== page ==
Oh, the superlative doesn’t work for me. Every time I sit down to write I dare the universe. I dare my own death. I dare my 26 horses into syllables and we take off. I’m aware of the risks—everything that my silence would keep hostage rears before me.
My mother died in July. She was/is one of the greatest loves of my life—this is something that defies (and will defy) time, memory, and distance in the work I create. I’m trying to write about this greatest love and tidal grief, because it isn’t over—our love —despite her death. The ways words are happening to/in/despite me—what I’m saying and hearing—is altered, forever. So the afterlife here is neon now, the grief.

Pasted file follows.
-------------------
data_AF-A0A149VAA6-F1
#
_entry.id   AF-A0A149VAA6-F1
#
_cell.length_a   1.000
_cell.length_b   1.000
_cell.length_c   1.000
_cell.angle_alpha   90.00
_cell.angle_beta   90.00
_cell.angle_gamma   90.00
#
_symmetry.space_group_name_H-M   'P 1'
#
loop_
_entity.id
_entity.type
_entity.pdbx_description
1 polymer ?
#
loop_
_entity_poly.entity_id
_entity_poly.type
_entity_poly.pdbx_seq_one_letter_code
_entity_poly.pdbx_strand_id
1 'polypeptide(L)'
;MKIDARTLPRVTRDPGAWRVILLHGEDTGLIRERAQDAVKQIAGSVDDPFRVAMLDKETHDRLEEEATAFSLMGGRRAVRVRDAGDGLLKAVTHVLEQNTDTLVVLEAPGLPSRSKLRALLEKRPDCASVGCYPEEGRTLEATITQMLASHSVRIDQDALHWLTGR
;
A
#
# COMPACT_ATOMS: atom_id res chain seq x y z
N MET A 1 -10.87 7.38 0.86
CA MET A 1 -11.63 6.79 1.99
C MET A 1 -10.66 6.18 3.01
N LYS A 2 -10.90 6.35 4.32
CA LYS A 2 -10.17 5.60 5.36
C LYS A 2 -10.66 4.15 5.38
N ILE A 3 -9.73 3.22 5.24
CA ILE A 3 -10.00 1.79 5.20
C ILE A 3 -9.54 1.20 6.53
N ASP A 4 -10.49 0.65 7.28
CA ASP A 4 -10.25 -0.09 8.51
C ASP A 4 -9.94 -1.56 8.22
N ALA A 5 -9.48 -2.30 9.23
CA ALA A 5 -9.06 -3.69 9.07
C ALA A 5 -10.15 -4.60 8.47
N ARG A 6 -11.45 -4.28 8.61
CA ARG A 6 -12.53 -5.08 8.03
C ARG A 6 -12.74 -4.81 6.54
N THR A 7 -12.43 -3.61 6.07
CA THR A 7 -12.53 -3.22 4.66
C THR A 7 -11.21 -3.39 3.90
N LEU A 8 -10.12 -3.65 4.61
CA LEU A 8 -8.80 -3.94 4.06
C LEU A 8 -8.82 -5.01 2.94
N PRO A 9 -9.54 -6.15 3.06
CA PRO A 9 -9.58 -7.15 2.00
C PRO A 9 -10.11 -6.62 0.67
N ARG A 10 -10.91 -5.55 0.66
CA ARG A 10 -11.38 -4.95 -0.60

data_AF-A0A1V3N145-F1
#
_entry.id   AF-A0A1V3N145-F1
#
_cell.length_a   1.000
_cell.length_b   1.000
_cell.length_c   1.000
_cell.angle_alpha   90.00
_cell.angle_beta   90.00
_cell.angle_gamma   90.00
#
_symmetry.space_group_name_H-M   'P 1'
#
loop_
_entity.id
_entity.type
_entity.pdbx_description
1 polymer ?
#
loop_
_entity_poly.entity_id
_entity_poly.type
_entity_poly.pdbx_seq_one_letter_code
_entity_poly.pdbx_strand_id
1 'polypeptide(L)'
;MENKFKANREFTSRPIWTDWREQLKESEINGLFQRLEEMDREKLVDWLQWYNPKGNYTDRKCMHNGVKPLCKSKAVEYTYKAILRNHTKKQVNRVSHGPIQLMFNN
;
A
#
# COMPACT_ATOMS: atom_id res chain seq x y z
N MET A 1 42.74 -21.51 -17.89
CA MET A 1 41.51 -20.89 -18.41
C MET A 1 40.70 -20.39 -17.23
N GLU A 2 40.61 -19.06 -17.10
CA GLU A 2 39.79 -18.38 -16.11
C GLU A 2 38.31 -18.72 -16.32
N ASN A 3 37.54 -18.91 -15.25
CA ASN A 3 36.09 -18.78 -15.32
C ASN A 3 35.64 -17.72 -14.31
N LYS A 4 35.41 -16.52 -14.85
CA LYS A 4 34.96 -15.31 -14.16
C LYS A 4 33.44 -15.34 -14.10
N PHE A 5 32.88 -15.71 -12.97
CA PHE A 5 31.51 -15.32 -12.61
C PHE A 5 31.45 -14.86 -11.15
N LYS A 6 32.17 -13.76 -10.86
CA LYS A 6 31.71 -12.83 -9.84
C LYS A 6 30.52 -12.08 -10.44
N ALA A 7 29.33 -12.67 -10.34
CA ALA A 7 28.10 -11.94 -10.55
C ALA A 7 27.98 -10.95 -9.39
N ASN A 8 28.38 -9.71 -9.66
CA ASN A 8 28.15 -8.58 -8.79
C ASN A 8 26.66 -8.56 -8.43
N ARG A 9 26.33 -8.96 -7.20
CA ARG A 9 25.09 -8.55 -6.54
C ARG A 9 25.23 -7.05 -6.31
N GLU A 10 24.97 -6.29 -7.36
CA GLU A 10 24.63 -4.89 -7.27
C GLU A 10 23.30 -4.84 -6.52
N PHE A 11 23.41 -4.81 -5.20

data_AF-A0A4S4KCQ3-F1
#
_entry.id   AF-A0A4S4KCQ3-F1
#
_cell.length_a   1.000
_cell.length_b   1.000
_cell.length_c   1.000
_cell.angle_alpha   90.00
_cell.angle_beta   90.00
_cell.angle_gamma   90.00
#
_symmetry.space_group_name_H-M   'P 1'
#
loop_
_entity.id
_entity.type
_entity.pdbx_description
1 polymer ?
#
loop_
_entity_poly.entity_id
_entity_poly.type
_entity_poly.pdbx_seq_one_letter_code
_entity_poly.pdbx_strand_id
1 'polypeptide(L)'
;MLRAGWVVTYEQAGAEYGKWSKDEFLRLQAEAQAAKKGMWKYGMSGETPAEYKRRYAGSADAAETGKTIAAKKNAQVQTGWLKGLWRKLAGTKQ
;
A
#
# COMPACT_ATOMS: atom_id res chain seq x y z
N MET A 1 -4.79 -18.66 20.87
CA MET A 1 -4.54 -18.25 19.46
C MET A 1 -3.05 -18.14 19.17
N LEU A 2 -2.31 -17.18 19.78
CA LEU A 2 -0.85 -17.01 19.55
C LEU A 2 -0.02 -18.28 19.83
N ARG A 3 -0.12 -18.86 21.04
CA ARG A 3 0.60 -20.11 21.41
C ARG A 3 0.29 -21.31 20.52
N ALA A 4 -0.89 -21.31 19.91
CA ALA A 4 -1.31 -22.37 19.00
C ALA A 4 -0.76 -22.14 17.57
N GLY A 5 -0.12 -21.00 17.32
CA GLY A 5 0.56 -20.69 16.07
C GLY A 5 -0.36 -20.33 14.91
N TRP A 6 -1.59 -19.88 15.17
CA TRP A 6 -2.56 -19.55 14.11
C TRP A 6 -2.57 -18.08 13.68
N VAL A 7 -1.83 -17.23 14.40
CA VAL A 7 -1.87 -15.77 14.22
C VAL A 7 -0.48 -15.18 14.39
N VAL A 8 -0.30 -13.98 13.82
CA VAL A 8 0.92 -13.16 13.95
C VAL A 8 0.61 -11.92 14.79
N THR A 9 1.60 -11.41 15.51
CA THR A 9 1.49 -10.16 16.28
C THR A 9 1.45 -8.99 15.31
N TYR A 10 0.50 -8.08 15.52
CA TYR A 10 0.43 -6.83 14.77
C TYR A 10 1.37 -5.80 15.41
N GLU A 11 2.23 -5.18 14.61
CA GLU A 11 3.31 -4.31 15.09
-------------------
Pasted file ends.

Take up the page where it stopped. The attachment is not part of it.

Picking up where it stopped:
What is the responsibility of the writer?
Maybe, it’s to navigate the spaces of citizen and solitude in an organic way. Writers— like so many groups of people—are not monolithic. So, for myself, the responsibility is a hydra-headed practice of witnessing and action. That means accountability—to a greater world and to, especially, my own spiritual ecosystem. No matter how inward or outward my gaze, no matter how unbearable and impossible, I must try to keep my hundred eyes open and my thousand hands open, translating, transcribing, and making offerings wherever I travel, even if it’s only my own interior.
While the notion of the public intellectual has fallen out of fashion, do you believe writers have a collective purpose?
I acknowledge (in some realm I do not inhabit) that the public intellectual has fallen out of fashion—but for whom? Not me.
Fashion is a fickle, titillating, sexy, and inexplicable creature that often circles back and forth, devouring and then regurgitating itself. When enough people are tired of wearing bankrupt attitudes and pimping ideologies that lack sophistication (and humanity), the public intellectual will still be in style for me. Style and fashion aren’t the same thing.